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Averting HIV and AIDS epidemic in Nicaragua: Studies of prevalence, knowledge, attitudes, and behavior
Uppsala University, Disciplinary Domain of Medicine and Pharmacy, Faculty of Medicine, Department of Women's and Children's Health, International Maternal and Child Health (IMCH). (International Maternal and Reproductive Health and Migration)
2012 (English)Doctoral thesis, comprehensive summary (Other academic)
Abstract [en]

The overall aim of this thesis was to obtain an understanding of the dynamics of the HIV epidemic by estimating prevalence and exploring the relationship between HIV-related knowledge, attitudes, behavior, and HIV status in Nicaragua. Structured questionnaires were administered to adults from a health and demographic surveillance system in León, Nicaragua (Papers I–III). In-depth interviews and a survey were conducted among men who have sex with men (MSM, Paper IV). Blood sampling for HIV was carried out among 2,204 men and women (Paper I). Bivariate and multivariate analyses, including adjusted prevalence ratio (Papers I, II, IV), factor analysis, Cronbach’s alpha, and hierarchical regression analysis (Paper III) were performed. Thematic analysis was used with qualitative data (Paper IV).

The prevalence of HIV in the general population was 0.35% (95% CI, 0.17–0.73). Those who have taken a HIV test were more likely to be females, younger, living in an urban setting, have a higher level of education, be married or cohabiting, and have no religious affiliation. HIV-related knowledge was lower among members of the general population than among MSM. Unprotected sex was reported more times with regular partners than with casual partners. Findings suggested that consistency of condom use and emotional attachment (steady relations) were inversely related. Stigma and discrimination were reported high in the general population; they appeared to be negatively associated with HIV-related knowledge, self-perception of HIV risk, HIV testing, and willingness to disclose HIV status in the event of being HIV-positive. Findings demonstrated an increasing tolerance towards same-sex attractions. MSM have a better understanding of HIV transmission than men and women of the general population. Although seven out of ten MSM and six out of ten women were concerned about becoming infected with HIV, inconsistent condom use was common.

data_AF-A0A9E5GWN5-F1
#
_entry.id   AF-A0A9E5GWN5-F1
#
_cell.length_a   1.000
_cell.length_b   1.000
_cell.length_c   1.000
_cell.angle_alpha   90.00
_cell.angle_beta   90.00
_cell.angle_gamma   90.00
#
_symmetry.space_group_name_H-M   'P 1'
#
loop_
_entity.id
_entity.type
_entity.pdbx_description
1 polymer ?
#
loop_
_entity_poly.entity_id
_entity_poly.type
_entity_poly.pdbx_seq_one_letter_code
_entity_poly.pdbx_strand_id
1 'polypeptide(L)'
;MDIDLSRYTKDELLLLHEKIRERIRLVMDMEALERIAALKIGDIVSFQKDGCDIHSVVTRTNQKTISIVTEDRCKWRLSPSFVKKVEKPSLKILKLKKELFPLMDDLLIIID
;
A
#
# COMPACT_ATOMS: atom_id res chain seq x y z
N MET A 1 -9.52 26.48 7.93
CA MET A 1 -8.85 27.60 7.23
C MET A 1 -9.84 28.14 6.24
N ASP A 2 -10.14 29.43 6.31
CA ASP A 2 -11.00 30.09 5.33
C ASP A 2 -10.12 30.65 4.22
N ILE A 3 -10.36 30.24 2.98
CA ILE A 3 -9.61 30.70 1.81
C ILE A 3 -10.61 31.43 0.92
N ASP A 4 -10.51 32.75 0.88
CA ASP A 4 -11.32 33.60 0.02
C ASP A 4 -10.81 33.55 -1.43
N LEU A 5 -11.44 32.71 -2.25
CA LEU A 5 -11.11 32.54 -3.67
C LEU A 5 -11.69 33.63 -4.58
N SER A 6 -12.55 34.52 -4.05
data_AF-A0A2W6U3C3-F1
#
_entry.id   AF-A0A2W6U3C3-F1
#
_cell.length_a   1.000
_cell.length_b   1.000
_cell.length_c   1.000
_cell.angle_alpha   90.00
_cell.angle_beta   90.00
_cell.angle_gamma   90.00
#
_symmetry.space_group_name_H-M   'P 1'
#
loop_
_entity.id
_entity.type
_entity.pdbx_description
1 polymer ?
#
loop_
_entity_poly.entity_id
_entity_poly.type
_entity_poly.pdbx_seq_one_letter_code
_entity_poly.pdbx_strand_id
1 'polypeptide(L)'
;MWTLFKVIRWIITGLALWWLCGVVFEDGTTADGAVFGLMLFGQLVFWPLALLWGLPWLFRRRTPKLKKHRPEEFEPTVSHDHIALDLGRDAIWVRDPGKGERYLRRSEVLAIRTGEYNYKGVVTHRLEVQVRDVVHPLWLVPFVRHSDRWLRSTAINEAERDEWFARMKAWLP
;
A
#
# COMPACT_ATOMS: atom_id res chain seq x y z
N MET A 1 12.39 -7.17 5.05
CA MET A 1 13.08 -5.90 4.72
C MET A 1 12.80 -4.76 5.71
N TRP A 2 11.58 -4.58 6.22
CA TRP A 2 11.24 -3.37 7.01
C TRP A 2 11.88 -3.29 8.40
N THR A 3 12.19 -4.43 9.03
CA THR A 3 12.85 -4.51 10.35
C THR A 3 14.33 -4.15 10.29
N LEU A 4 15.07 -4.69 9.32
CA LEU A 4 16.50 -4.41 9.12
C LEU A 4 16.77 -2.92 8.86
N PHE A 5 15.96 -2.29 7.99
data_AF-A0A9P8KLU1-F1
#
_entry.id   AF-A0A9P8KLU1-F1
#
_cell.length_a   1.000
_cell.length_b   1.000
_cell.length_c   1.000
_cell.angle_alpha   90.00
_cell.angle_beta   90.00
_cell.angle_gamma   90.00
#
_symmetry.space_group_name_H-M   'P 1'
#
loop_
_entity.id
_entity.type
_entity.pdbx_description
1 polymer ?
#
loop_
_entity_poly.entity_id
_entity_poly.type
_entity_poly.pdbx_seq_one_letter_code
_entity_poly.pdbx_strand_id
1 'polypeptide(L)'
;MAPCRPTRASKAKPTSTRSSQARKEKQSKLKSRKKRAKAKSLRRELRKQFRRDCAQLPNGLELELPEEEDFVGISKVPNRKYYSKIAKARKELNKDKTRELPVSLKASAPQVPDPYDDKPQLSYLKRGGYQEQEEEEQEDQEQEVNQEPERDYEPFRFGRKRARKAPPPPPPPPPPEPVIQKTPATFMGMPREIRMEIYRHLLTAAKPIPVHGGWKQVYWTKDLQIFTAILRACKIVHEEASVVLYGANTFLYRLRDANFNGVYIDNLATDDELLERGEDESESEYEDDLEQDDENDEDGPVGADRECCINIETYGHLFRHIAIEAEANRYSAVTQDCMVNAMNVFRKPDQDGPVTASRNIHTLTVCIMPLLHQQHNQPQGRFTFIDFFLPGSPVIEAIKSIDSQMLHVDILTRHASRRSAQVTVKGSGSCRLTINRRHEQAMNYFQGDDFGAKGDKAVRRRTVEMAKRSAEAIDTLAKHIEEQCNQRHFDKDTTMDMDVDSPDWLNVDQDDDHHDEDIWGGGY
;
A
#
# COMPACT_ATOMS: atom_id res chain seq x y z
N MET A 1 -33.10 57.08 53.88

This study confirmed that Nicaragua has a low prevalence but high risk for HIV infection and transmission. Results underscore that social, behavioral, and cultural factors contribute to retard progress in achieving the Millennium Development Goals on reducing gender inequality and combating HIV/AIDS. Addressing these challenges depends not only on successful behavior change interventions, but requires a culturally gender-appropriate strategy.

Place, publisher, year, edition, pages
Uppsala: Acta Universitatis Upsaliensis, 2012. , 67 p.
Digital Comprehensive Summaries of Uppsala Dissertations from the Faculty of Medicine, ISSN 1651-6206 ; 847
Keyword [en]
HIV-related knowledge, vulnerability, risk behaviors, stigma, discrimination, men who have sex with men, gender, sexuality, Nicaragua
National Category
Public Health, Global Health, Social Medicine and Epidemiology